LumberJocks

Homemade wooden chuck for my 1920's lathe

  • Advertise with us

« back to Woodturning forum

Forum topic by Dan posted 12-14-2014 07:42 PM 6043 views 0 times favorited 26 replies Add to Favorites Watch
View Dan's profile

Dan

159 posts in 1426 days


12-14-2014 07:42 PM

Topic tags/keywords: lathe jig chuck headstock head stock home made homemade wooden wood turning turn

I posted a while back about my 1920’s lathe. One of the biggest issues I had was the inability to use modern accessories like a live center tailstock and a chuck style headstock. Today with christmas trees in mind, more specifically the stand, I made a custom chuck for my lathe using the wheel attachment I have for it. Here are some pictures.

DISCLAIMER: If anyone decides to make something using these pictures as reference, be EXTREMELY careful. A – Can only loosen bar screws so far or they will hit the rail. B – When turning, watch where your knuckles go, you do NOT want one of the screws to catch you. I will probably next be making a custom guard to block me from putting my hand where the screws spin.

This is the head stock with no attachment on it.

This is my only other option for the head stock:

And for those that have not read/seen my other posts containing pictures of this 1920’s lathe, this is the dead center tailstock:

Still trying to figure out a way to use a modern live center, but thus far my only viable option has been a fellow lumberjock who offered to make me a custom #2MT fitting for my tail stock, but I unfortunately have not had the extra money so far.

-- Dan - Wooden Treasures CT - http://woodentreasuresct.etsy.com http://www.youtube.com/woodentreasuresct


26 replies so far

View Nubsnstubs's profile

Nubsnstubs

826 posts in 1196 days


#1 posted 12-14-2014 09:41 PM

Put this thread in the Woodturning forum. I’ll bet there are 1 or 2 guys chomping at the bit that can steer you onto a chuck. That contraption looks pretty dangerous with the screws sticking out, but you already know that. My concern is the way you have it locked down. There is no way to keep it from twisting out of there if you get a catch.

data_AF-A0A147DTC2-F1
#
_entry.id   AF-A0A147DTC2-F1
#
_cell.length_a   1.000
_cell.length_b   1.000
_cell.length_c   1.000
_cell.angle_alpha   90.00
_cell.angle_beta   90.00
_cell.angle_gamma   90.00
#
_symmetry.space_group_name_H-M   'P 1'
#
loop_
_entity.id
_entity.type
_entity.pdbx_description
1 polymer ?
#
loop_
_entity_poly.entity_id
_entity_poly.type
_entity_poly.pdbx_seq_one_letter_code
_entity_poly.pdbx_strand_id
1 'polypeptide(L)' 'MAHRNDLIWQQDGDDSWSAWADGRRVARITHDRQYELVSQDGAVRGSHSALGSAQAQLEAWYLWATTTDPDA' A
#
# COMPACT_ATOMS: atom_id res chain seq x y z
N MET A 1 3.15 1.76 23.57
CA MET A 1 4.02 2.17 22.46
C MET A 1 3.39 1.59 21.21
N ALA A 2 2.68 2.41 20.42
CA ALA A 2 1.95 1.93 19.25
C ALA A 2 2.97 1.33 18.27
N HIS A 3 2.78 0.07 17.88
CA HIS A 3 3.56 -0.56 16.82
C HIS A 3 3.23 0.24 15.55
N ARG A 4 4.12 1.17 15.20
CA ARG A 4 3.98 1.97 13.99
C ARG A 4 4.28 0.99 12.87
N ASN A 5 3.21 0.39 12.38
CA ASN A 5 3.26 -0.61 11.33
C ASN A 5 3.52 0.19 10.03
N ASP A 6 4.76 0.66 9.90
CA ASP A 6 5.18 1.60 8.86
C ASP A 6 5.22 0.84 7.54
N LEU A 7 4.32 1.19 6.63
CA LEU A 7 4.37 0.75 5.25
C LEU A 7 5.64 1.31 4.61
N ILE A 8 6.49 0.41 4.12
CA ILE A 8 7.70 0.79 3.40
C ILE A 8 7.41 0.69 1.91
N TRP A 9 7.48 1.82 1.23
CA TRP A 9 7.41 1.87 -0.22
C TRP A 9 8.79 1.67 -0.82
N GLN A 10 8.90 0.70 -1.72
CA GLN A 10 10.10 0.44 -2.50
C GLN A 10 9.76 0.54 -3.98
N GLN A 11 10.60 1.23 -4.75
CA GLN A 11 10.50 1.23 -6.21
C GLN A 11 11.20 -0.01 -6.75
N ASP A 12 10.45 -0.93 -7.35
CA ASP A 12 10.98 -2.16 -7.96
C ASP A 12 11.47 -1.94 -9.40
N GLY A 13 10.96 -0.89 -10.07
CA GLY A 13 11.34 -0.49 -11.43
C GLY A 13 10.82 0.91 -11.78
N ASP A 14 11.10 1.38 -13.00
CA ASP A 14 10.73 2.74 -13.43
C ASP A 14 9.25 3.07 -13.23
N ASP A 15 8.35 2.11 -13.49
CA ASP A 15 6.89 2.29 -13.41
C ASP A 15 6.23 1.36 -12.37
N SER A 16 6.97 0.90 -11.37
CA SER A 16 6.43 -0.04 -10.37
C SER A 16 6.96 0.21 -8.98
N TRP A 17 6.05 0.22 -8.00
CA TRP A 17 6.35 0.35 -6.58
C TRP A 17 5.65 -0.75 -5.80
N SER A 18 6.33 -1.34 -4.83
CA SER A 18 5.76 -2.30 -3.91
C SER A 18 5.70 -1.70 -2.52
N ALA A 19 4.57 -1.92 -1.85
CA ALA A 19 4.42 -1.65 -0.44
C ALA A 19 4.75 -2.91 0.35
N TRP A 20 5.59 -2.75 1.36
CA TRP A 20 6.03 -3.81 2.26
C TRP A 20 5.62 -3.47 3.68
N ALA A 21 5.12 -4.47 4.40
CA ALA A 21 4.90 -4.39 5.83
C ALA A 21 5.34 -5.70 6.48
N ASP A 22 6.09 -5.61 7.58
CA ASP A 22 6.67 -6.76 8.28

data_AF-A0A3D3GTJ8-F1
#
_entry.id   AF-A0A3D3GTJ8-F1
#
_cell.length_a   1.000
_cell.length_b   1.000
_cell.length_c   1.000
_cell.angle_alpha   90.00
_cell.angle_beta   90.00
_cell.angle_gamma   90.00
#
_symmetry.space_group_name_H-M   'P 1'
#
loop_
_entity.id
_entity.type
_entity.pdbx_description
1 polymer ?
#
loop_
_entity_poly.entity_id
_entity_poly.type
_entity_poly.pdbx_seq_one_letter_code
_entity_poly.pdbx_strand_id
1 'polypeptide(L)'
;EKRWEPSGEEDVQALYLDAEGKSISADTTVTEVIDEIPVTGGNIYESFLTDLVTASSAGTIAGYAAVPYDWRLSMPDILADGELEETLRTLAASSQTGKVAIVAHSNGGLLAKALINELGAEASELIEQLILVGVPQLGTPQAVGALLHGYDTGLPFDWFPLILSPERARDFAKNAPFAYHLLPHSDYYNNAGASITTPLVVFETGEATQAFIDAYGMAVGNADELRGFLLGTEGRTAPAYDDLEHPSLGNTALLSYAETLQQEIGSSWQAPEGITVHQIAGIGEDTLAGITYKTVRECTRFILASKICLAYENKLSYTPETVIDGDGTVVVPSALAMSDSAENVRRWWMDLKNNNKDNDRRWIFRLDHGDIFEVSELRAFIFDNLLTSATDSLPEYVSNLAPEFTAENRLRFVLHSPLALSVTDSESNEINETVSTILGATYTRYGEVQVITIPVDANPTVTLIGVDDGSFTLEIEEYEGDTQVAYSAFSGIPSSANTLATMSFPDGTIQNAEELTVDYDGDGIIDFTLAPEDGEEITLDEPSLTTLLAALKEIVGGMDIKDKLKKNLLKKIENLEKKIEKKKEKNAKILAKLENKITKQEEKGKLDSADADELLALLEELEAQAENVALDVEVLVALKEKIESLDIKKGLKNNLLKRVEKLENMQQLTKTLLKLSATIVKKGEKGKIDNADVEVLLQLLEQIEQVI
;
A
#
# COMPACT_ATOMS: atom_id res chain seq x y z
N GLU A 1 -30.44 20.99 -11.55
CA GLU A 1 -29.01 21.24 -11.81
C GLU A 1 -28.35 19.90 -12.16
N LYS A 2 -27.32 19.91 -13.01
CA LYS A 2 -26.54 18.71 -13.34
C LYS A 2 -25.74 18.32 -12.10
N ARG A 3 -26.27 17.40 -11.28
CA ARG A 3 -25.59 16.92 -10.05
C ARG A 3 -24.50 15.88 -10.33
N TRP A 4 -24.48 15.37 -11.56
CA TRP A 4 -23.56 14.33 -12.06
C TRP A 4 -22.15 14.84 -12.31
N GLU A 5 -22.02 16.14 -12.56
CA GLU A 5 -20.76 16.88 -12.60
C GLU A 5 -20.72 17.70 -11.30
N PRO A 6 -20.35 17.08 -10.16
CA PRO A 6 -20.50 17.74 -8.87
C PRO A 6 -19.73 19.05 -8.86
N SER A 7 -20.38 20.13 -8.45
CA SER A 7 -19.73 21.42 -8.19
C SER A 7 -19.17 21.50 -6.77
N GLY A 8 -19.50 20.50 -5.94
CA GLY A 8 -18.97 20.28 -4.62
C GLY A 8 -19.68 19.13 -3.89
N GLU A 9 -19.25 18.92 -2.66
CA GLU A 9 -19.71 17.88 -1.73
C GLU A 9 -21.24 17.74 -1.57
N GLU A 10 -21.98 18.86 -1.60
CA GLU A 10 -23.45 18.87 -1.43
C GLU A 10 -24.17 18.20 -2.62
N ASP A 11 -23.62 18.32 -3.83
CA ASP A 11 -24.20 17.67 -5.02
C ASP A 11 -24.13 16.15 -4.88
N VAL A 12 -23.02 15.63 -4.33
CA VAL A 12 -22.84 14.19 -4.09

Put a pin dead center of your contraption, drill a hole dead center of your work piece, then slip it over the pin, and lock it down. It will be a little more secure.
What size is that thread on the spindle? ............. Jerry (in Tucson)

-- Jerry (in Tucson)

View Terry Vaughan's profile

Terry Vaughan

40 posts in 1623 days


#2 posted 12-14-2014 10:13 PM

Don’t know if you’ve tried it yet but it looks unusable. But the faceplate could hold a wooden screwchuck or a wooden jam chuck or a glue block. Don’t worry too much about the live tailcentre, dead centres still work, just put a bit of wax on the wood.

Terry

View Dan's profile

Dan

159 posts in 1426 days


#3 posted 12-14-2014 10:32 PM

Nubsnstubs – Jerry, thank you for your advice, I will add a pin for extra security. As for the thread I’m not sure, and to be honest I’m unsure how to measure/check that. Also, I will move this to woodturning as soon as I finish typing this reply.

Terry – Yea, I still use it with the dead center, my issue is that mine is heavily worn out (my own opinion and a few others from this site based on pictures). Although, I have not tried wax yet, any suggestion of type of wax?

Note to all: I would never even think about using this without the tail stock for added security of the piece, this is not meant to be a chuck to completely hold the piece on its own. I only had the lathe on with the tailstock not against the blank long enough to take the 2 pictures of it spinning.

-- Dan - Wooden Treasures CT - http://woodentreasuresct.etsy.com http://www.youtube.com/woodentreasuresct

View Rick M's profile

Rick M

7933 posts in 1847 days


#4 posted 12-15-2014 03:49 AM

I looked up your old thread. So the homemade live center never panned out?

Your homemade chuck is too manly for me. It’s for people who will stick their hand into running farm machinery and that’s not me ;)